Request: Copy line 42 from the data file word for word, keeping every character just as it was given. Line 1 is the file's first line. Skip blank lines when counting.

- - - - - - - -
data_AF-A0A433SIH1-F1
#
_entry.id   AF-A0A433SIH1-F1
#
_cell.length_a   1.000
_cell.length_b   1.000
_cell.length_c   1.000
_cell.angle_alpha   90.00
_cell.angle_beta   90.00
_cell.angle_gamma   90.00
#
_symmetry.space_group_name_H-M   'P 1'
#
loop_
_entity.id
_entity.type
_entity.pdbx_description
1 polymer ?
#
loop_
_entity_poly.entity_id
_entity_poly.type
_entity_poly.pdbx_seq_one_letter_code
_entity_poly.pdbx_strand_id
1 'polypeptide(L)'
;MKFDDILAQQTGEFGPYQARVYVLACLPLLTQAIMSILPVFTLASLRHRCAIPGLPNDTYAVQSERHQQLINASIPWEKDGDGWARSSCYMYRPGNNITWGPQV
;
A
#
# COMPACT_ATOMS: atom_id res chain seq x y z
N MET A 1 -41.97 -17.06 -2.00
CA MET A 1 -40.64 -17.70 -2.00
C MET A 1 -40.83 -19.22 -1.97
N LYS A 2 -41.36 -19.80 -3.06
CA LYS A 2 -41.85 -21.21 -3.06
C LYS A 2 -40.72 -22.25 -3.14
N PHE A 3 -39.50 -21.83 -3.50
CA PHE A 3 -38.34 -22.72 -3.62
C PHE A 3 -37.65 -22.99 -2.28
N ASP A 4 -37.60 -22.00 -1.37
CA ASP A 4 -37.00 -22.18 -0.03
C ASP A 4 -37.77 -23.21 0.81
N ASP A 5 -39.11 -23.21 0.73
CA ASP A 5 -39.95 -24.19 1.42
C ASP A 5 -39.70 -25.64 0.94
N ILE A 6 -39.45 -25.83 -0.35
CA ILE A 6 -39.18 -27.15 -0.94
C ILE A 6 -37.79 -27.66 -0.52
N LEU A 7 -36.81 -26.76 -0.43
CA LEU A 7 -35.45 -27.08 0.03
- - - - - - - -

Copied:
C ASP A 4 -37.77 -23.21 0.81